You have plans to backpack in Europe someday. Like a lot of people you know, you have a bucket list, and the Eurotrip is one you’ve been burning to cross off the list since forever.
The big question, however, is can you afford it? You’re not a millionaire, so is it really possible to make your dream trip come true? When you’re living from paycheck to paycheck, a backpacking trip to Europe might as well be like a trip to the moon.
Here’s some good news for you then: yes, even if you’re not rich, it can be possible for you to go backpacking in Europe.
I did it for 70 days without going broke, using the tips I’ve laid out in my post on how to travel cheaply in Europe.
What if you’re not actually planning to go to Europe yet, because you can’t even find the funds to travel locally? You can prepare for your backpacking trip to Europe in advance, including saving up for it.
Here are some really simple tips on how to finance your passion for traveling. Before you dismiss them as too basic, just remember you don’t need to complicate your life just to build your travel fund. Start simply and you will succeed.
Cut your spending.
No matter how much you’re earning, you will always run out of money if you don’t cut your spending. In 1998, I earned a four-figure salary from a publishing house where I worked as an editorial assistant. I practically lived paycheck to paycheck, I even had to pawn some of my jewelry sometimes to meet my financial obligations.
One year later, my salary doubled, but I still found myself short of cash at the end of the month. Why? Because even as my salary increased, my lifestyle also kept up with it!
So if you want to have money left over for your travels, cut your spending. List down your daily expenses for a week or a month, and see which you can do without, and this includes:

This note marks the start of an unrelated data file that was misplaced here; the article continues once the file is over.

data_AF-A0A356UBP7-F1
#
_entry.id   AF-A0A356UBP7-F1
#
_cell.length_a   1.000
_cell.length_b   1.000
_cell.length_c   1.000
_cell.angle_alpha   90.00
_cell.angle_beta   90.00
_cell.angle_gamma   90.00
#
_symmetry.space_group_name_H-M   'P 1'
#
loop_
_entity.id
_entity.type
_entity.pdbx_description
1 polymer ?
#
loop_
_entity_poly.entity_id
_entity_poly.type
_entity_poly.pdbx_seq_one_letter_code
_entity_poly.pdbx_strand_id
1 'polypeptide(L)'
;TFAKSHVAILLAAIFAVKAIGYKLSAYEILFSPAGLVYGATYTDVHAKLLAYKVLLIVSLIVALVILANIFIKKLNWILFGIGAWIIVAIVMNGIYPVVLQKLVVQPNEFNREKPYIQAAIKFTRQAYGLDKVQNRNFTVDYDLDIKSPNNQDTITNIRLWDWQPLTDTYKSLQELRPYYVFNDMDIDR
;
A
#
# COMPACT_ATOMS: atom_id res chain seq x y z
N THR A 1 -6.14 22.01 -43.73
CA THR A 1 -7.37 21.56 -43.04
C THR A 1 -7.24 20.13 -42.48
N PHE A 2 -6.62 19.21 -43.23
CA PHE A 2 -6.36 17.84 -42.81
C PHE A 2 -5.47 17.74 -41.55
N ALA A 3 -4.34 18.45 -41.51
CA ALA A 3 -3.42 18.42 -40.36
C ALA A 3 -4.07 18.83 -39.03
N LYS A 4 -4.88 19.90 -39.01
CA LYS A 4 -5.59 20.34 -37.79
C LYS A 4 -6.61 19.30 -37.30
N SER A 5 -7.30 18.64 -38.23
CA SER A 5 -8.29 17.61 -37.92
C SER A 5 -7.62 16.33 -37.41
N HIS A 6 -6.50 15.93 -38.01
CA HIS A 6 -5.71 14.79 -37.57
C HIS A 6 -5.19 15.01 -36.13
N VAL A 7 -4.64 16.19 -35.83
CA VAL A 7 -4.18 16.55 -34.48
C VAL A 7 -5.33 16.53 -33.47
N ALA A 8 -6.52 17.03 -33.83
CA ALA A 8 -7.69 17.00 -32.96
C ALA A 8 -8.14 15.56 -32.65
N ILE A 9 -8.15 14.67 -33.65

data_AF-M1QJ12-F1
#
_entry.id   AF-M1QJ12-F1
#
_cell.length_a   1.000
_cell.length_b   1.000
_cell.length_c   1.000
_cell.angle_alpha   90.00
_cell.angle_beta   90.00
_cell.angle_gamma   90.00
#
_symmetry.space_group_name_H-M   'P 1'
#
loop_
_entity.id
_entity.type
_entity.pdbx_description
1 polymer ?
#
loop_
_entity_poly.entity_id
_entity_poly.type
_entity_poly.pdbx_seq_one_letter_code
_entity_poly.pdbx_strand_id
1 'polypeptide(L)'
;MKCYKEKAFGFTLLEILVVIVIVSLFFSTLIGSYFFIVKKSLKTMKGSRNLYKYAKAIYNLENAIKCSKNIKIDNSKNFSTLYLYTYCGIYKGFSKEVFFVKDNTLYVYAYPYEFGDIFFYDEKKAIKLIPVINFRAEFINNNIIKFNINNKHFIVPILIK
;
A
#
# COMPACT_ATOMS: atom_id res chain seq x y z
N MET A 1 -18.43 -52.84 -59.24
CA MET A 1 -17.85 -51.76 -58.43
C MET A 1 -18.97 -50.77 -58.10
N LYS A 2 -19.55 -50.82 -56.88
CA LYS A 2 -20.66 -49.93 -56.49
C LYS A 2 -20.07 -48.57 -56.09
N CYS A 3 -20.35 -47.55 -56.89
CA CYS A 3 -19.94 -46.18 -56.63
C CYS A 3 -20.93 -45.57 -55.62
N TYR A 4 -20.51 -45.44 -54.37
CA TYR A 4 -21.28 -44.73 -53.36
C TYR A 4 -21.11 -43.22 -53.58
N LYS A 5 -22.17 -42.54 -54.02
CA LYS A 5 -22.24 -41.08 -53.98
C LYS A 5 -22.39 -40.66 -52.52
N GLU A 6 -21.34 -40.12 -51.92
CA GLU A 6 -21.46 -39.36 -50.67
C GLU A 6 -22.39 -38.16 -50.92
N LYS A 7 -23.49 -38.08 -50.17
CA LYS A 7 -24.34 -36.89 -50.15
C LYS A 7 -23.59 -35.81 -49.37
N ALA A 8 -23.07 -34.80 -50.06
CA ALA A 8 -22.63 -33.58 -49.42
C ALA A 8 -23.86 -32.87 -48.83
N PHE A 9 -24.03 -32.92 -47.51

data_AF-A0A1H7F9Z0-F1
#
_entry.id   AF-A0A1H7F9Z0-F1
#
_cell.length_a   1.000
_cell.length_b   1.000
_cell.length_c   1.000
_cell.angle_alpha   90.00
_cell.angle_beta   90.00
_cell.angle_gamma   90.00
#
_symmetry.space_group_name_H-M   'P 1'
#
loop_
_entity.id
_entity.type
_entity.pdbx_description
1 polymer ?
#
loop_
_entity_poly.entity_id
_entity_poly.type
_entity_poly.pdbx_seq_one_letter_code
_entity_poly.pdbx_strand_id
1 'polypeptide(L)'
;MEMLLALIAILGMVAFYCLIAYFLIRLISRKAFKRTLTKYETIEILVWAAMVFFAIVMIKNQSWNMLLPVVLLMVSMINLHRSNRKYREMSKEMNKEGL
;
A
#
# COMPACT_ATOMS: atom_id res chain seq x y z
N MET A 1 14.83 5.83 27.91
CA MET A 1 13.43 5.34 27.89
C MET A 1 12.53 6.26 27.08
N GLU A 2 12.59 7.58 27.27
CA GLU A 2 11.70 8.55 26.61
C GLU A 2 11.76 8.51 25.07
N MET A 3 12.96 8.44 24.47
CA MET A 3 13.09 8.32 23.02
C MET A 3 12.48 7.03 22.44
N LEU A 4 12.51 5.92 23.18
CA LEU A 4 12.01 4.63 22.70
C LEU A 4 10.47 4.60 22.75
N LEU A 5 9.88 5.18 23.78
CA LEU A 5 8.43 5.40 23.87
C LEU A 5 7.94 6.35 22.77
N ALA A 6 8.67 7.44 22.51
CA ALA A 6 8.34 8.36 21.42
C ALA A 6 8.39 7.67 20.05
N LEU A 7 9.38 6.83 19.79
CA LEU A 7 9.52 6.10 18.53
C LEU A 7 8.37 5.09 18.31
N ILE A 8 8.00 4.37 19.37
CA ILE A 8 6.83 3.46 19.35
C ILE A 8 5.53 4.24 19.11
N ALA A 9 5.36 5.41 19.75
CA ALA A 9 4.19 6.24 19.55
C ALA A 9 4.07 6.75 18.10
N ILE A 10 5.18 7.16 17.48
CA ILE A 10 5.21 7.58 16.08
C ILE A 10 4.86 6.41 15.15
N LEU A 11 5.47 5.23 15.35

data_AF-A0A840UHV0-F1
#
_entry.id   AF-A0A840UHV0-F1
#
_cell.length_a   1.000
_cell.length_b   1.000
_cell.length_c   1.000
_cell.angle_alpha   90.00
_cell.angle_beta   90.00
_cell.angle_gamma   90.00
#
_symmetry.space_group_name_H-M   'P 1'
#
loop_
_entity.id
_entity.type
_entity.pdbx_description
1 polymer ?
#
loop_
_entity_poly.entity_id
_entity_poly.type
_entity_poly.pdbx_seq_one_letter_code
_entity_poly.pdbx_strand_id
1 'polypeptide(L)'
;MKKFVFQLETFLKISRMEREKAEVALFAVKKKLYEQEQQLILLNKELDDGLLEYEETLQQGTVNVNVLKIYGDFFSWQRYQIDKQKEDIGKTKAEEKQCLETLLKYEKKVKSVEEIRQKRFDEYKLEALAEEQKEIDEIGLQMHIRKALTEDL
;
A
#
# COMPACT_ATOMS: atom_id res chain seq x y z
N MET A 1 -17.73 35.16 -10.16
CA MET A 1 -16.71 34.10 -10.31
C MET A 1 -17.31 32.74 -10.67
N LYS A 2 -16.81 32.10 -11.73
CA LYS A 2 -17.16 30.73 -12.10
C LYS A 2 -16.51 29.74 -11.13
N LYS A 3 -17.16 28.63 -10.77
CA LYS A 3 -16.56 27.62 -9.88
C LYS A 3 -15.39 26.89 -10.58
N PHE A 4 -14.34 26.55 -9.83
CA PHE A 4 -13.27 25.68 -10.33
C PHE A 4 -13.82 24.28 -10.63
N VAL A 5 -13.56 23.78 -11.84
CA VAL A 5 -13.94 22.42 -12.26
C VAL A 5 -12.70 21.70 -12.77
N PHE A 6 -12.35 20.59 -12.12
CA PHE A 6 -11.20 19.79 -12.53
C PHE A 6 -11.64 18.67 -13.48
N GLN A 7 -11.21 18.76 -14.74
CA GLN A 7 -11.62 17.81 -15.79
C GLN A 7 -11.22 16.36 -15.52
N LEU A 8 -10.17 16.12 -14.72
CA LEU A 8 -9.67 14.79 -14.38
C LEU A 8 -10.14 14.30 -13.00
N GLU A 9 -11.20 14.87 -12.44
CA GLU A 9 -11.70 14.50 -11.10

- taking taxicabs (commuting is so much cheaper)
- going to the movies weekly (those can really add up)
- eating at restaurants often (limit it to once every two weeks and see how much you can save)
- buying things you don’t need, including clothes, accessories, and gadgets
- your daily coffee from posh coffee shops (yes, wean yourself off S!).
Save up a portion of your salary.
When you manage to cut down your expenditures, allot a portion of your salary to savings. I keep three bank accounts: one for my salary/daily expenses, a second one for my short-term needs (which includes my travel fund), and a third account that’s only for emergency use. Every month, I allot something to my travel and emergency funds, ranging from 10 to 20 percent, and the rest goes to my daily living expenses.
What’s important here is to forget that you have saved some money, so that you won’t be tempted to use it to buy that nice blouse or pair of shoes that you don’t really need. Leave your ATM cards for your second or third savings accounts at home, and only use it for what you had intended it to be.
Earn more by using your idle time.
During weekends, instead of spending the whole day playing games or watching TV, why don’t you do something productive where you can earn money? Canvass what marketable skills you have; do you know how to write? Draw? Design and make accessories? Maybe you know how to bake, cook, or make chocolates?
Make use of these skills; start small by selling to your neighbors or your friends. Majority of the profit you will get from this should go into your travel fund, not to buy another pair of jeans.
You can also sign up at online marketplaces like oDesk, Elance, or Freelancer. There are a lot of small jobs there that you can do on your free time, from writing, to transcription and maintaining social media accounts. Just remember to put your earnings in your travel fund!
Nothing earns you money more than investing. You can put your cash in the bank for years without seeing a significant interest, but when you invest in a business, you can have as much as 5 percent return in investment every month.
This is the best thing that I did with my savings, and it enabled me to go to Europe!
Make use of free tours or travel locally.
Finally, take advantage of free tours or trips in your area. You can satisfy your wanderlust by exploring your town or city. As I have said in Date a Girl Who Travels, learn to appreciate the sights around you. Traveling is not just appreciating far away places; it’s also looking at something familiar and seeing its beauty.
What’s YOUR strategy to fund your wanderlust? Do share in the comments!